Essential facts and stats on British prisons: Part One – People in prison

Hundreds of different facts and stats are quoted in the debate on UK prisons – many are of a rather dubious nature

Homer Simpson in prison


As Homer Simpson once observed: “People can come up with statistics to prove anything…14 per cent of people know that.” But what are the real facts about British prisons?



We have decided to set the record straight with some cold hard facts and stats from reputable sources. This is the first of a series of articles looking at re-offending, budgets & costs, staffing, violence, mental health, drugs & alcohol and education.

We start the series by looking at the prison population in Britain, so let’s see who is behind bars.

There were a total of 95,432 people imprisoned in the UK as of 28 November 2014 according to the International Centre for Prison Studies.

The breakdown is as follows:



  • England accounts for 90 per cent of prisoners in the UK with 85,902 in custody.
  • Scotland has 8 per cent at 7,724.
  • Northern Ireland has just under 2 per cent at 1,806.



The UK prison system is nearly full, but most forecasts predict growing numbers of prisoners in coming years.

  • Capacity: as of 2 January 2015, the prison system in England & Wales was at 96 per cent of “usable operational capacity” with 86,566 places available according to the Ministry of Justice. In Scotland and Northern Ireland, the figure is almost the same.
  • Over-crowding: At the end of March 2014, 77 of the 119 prisons in England and Wales were overcrowded according to the Prison Reform Trust.
  • Growth: between 1993 and 2012, the prison population increased by 41,800 to over 86,000 according to the Ministry of Justice.
  • Forecast population: the number of people behind bars will rise to 90,200 in June 2020, but could be up to 98,900 if judges continue to increase sentences according to the Ministry of Justice.



The UK's prison population has risen dramatically in the past 20 years.

The UK’s prison population has risen dramatically in the past 20 years. Source: Story of the Prison Population: 1993 – 2012, England and Wales, Jan 2013, Ministry of Justice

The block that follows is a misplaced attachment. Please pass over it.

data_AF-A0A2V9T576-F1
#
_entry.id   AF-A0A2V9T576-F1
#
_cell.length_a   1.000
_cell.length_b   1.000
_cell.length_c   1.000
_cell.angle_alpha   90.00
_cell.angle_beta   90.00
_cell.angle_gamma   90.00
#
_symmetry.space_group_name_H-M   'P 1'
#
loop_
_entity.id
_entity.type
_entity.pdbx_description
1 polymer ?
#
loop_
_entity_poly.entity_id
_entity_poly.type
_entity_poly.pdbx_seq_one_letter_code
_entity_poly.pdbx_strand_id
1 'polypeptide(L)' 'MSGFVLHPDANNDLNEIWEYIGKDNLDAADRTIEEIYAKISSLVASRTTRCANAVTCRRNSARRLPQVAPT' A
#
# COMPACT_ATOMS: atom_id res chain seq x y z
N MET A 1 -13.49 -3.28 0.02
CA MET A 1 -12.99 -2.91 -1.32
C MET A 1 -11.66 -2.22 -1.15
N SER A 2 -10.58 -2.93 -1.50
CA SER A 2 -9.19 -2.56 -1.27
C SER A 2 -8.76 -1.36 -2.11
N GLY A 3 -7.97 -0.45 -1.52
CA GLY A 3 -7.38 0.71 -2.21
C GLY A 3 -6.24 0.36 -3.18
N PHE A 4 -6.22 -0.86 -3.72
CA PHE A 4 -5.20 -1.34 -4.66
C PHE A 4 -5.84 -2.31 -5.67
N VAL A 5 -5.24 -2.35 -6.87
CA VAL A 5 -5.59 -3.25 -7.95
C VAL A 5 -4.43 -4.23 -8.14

Men make up the vast majority of prisoners in Britain at over 95 per cent of the total population. But of course there are many others. Here are a few facts and stats on women, children, minorities, elderly and foreign prisoners.

Women accounted for  4.6 per cent of prisoners in England & Wales on 28 November 2014. There were slightly fewer in Northern Ireland (3.8 per cent) and more in Scotland (5.4 per cent).

Between 1995 and 2010 there was an over 80 per cent increase in the number of female prisoners. But 9,083 women were received into custody in 2013, a fall of 8 per cent from the previous year.

Most women entering prison serve very short sentences. In 2013, 60 per cent of women entering prison were serving six months or less. In 1993 only a third of women entering custody were sentenced to six months or less.

Juveniles account for 0.9 per cent in England & Wales and 0.7 per cent in Scotland on 28 November 2014. Happily, there were none in Northern Ireland.

And more good news: the number of children in custody has fallen by 55 per cent in the last five years.

But 25 per cent of children in the youth justice system have identified special educational needs, 46 per cent are rated as underachieving at school and 29 per cent have difficulties with literacy and numeracy.

Black, Asian and minority ethnic people  accounted for 26 per cent of the prison population on 31 March 2014. They only account for 10 per cent of the general population, so a disproportionate number are locked up.

Out of the British national prison population, 11 per cent are black and 6 per cent are Asian. For black Britons this is significantly higher than the 2.8 per cent of the general population they represent.

Older people accounted for 12 per cent of the total prison population on 31 March 2014. People aged 60 and over are the fastest growing age group in the prison estate. The number of sentenced prisoners aged 60 and over rose by 130 per cent between 2002 and 2013.

Over two-fifths of men in prison aged over 50 have been convicted of sex offences. The next highest offence category is violence against the person (25 per cent) followed by drug offences (11 per cent).



Last but not least, a contentious group in the age of UKIP and a heated immigration debate: foreign prisoners.

They accounted for 13 per cent of prisoners in England & Wales, 7.7 per cent in Northern Ireland and 3.6 per cent in Scotland on 28 November 2014.

They come from 159 countries, but over half are from 10 countries (Poland, Ireland, Jamaica, Romania, Pakistan, Lithuania, Nigeria, Somalia, India and Albania).

Hope this has helped you get some of the facts and stats on Britain’s prison population straight. More facts and stats on re-offending, budgets & costs, staffing, violence, mental health, drugs & alcohol and education to follow soon.



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